Juliet: The charm ‘a your dramatics quickly wears thin, my rose. It’s not been less ‘an eighteen years ‘at I thought you’d ‘a been better off wif’ Mercutio had he not been struck dead by my formerly livin’ cousin! God rest bof’ ‘eir souls.

Romeo: Oh! Mercutio!

Juliet: Daf’s exactly what I mean! The tears you shed for everthing; Mercutio’s been dead for almos’ twenty years and the mention of ‘is name still makes you blubber an’ wail!

Romeo: Oh! Oh! Oh! Mercutio!

Juliet: Since the moment we ‘er matrimonified our lives started fallin’ apart. A testament to the evanescent nature ‘uh young love, apparently. An’ ours could be the story ‘at teaches a million generations ‘at you can’t play at things ‘at you got no control over.

Romeo: Give me that bottle!

Juliet: Though I doubt ‘at any of ‘em ‘ill listen.

Chorus: Now old desire doth in his death-bed lie,
And their affection fails to be his heir;
That fair for which love groan'd for and would die,
With chunky Juliet match'd, is now not fair.
Now Romeo is drunk and cries again,
Alike bewitched by the charm of wine,
But to his wife supposed he must complain,
And she steels-

Juliet: Did you jus’ call me chunky?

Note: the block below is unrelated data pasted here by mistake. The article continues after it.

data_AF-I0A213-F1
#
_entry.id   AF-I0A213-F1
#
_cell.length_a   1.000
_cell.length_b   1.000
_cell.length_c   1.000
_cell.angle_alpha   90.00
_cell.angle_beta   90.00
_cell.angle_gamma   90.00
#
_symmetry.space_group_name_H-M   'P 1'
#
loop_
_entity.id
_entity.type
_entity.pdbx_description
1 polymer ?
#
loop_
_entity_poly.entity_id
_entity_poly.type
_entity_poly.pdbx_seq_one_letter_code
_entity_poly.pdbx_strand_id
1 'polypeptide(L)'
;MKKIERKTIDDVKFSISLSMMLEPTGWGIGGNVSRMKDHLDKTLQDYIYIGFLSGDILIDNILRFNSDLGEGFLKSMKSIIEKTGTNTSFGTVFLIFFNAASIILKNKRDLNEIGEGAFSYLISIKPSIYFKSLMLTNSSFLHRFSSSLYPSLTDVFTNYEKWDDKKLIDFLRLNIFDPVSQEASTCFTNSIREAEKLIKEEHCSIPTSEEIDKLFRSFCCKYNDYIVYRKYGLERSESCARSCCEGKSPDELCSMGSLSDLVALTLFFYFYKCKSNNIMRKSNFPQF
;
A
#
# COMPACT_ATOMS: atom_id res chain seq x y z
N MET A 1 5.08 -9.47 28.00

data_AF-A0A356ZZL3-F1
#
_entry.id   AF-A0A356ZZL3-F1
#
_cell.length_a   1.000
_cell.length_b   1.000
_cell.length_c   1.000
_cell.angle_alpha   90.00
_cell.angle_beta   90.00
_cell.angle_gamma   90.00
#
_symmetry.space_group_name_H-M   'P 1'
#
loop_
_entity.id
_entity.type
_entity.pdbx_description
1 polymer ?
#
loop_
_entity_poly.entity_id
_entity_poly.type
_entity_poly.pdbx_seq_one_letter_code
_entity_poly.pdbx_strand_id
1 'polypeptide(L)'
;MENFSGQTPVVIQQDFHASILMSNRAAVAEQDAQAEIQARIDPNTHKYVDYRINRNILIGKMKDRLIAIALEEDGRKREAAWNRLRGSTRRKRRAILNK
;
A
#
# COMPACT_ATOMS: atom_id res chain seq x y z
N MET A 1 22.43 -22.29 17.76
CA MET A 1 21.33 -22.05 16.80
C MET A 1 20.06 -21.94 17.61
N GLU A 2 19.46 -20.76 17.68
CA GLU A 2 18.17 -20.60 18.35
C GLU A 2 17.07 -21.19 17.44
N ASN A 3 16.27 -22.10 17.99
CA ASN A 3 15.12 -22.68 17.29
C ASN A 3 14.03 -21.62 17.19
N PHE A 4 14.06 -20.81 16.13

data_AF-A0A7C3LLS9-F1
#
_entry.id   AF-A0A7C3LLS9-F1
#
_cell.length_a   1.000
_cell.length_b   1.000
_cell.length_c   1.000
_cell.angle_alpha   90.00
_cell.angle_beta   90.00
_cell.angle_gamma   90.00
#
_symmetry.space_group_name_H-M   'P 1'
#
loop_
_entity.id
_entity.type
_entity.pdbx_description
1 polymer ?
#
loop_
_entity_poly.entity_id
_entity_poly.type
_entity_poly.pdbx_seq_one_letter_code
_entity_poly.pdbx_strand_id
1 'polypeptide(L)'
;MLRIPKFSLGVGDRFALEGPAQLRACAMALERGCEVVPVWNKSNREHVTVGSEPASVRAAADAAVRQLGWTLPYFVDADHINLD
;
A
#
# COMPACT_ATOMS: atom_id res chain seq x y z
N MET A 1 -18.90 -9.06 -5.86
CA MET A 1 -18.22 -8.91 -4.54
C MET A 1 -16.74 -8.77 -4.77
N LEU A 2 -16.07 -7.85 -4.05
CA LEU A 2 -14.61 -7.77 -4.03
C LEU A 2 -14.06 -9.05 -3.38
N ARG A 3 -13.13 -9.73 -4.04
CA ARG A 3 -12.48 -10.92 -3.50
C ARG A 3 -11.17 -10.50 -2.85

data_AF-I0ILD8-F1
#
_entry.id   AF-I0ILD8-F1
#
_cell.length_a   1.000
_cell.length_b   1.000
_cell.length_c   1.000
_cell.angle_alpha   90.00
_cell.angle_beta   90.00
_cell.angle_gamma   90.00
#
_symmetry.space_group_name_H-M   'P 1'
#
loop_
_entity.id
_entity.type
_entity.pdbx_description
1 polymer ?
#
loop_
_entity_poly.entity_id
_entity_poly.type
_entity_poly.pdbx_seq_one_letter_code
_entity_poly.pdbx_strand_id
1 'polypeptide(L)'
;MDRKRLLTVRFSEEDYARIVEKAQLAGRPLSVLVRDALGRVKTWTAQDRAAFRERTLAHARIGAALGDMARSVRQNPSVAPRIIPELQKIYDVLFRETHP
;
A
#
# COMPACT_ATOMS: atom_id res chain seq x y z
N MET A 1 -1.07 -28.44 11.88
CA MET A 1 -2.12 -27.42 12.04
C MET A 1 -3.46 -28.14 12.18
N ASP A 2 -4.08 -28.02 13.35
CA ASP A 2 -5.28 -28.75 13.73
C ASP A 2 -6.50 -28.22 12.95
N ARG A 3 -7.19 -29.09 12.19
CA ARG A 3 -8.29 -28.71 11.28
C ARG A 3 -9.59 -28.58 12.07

Chorus: - lost love’s fate from dirty looks:
Being held a bi-

Juliet: I said did you jus’ call me chunky? And what was ‘at you ‘er jus’ about to say?

Chorus: Being held a biting itch, he may not have access
To breathe such swears as spouses like to-

Juliet: I know you can ‘ear me!

Chorus: Would you shut up, you bawdy clapper-clawed bugbear? I’m trying to end this fobbing thing!

Juliet: [As she gets up and walks offstage] Bawdy clapper-clawed bugbear? Bugbear? I’ll show you bugbear, you yeasty swag-bellied pignut!

Romeo: [Sitting down] A bloomin’ piece of scut this morning brings
… We’ll shun the sorrow. After all, we’re not dead.
Whence did we get lost in these sad things?
Will foolhardy love be pardoned or punished?
For never was there a story of more woe
Than this of my wife and—oh, my Mercutio!